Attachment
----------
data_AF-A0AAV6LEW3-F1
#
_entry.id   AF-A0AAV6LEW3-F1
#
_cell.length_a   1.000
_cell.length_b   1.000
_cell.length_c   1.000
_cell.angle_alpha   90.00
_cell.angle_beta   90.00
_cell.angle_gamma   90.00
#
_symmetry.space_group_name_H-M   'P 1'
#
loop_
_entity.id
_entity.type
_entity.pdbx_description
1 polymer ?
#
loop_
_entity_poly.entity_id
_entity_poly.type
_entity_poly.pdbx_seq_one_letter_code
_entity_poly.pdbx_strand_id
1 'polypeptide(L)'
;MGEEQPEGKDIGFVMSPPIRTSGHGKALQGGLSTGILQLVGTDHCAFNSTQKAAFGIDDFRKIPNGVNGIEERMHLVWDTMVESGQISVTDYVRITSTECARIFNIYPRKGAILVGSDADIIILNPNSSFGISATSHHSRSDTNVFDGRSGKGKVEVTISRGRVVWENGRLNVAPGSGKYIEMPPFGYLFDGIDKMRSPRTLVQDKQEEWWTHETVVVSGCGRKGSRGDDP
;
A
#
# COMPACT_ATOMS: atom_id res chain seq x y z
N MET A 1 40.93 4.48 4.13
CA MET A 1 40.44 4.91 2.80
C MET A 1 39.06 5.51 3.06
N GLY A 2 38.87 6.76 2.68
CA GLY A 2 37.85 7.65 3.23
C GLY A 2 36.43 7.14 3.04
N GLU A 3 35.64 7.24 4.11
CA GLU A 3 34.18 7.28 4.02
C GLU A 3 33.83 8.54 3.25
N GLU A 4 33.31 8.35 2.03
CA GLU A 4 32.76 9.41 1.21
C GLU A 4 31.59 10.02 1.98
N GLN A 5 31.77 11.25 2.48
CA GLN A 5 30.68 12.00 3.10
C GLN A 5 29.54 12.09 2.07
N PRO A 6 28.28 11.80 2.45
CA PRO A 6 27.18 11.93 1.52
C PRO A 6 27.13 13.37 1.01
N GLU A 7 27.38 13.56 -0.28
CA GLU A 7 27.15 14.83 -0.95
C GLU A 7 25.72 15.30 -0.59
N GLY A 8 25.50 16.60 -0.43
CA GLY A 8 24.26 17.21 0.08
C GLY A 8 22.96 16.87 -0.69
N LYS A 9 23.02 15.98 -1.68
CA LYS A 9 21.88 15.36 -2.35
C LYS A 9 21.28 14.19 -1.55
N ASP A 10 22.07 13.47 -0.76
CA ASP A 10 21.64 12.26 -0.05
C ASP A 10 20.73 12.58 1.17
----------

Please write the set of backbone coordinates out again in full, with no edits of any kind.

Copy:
data_AF-A0AAV6LEW3-F1
#
_entry.id   AF-A0AAV6LEW3-F1
#
_cell.length_a   1.000
_cell.length_b   1.000
_cell.length_c   1.000
_cell.angle_alpha   90.00
_cell.angle_beta   90.00
_cell.angle_gamma   90.00
#
_symmetry.space_group_name_H-M   'P 1'
#
loop_
_entity.id
_entity.type
_entity.pdbx_description
1 polymer ?
#
loop_
_entity_poly.entity_id
_entity_poly.type
_entity_poly.pdbx_seq_one_letter_code
_entity_poly.pdbx_strand_id
1 'polypeptide(L)'
;MGEEQPEGKDIGFVMSPPIRTSGHGKALQGGLSTGILQLVGTDHCAFNSTQKAAFGIDDFRKIPNGVNGIEERMHLVWDTMVESGQISVTDYVRITSTECARIFNIYPRKGAILVGSDADIIILNPNSSFGISATSHHSRSDTNVFDGRSGKGKVEVTISRGRVVWENGRLNVAPGSGKYIEMPPFGYLFDGIDKMRSPRTLVQDKQEEWWTHETVVVSGCGRKGSRGDDP
;
A
#
# COMPACT_ATOMS: atom_id res chain seq x y z
N MET A 1 40.93 4.48 4.13
CA MET A 1 40.44 4.91 2.80
C MET A 1 39.06 5.51 3.06
N GLY A 2 38.87 6.76 2.68
CA GLY A 2 37.85 7.65 3.23
C GLY A 2 36.43 7.14 3.04
N GLU A 3 35.64 7.24 4.11
CA GLU A 3 34.18 7.28 4.02
C GLU A 3 33.83 8.54 3.25
N GLU A 4 33.31 8.35 2.03
CA GLU A 4 32.76 9.41 1.21
C GLU A 4 31.59 10.02 1.98
N GLN A 5 31.77 11.25 2.48
CA GLN A 5 30.68 12.00 3.10
C GLN A 5 29.54 12.09 2.07
N PRO A 6 28.28 11.80 2.45
CA PRO A 6 27.18 11.93 1.52
C PRO A 6 27.13 13.37 1.01
N GLU A 7 27.38 13.56 -0.28
CA GLU A 7 27.15 14.83 -0.95
C GLU A 7 25.72 15.30 -0.59
N GLY A 8 25.50 16.60 -0.43
CA GLY A 8 24.26 17.21 0.08
C GLY A 8 22.96 16.87 -0.69
N LYS A 9 23.02 15.98 -1.68
CA LYS A 9 21.88 15.36 -2.35
C LYS A 9 21.28 14.19 -1.55
N ASP A 10 22.07 13.47 -0.76
CA ASP A 10 21.64 12.26 -0.05
C ASP A 10 20.73 12.58 1.17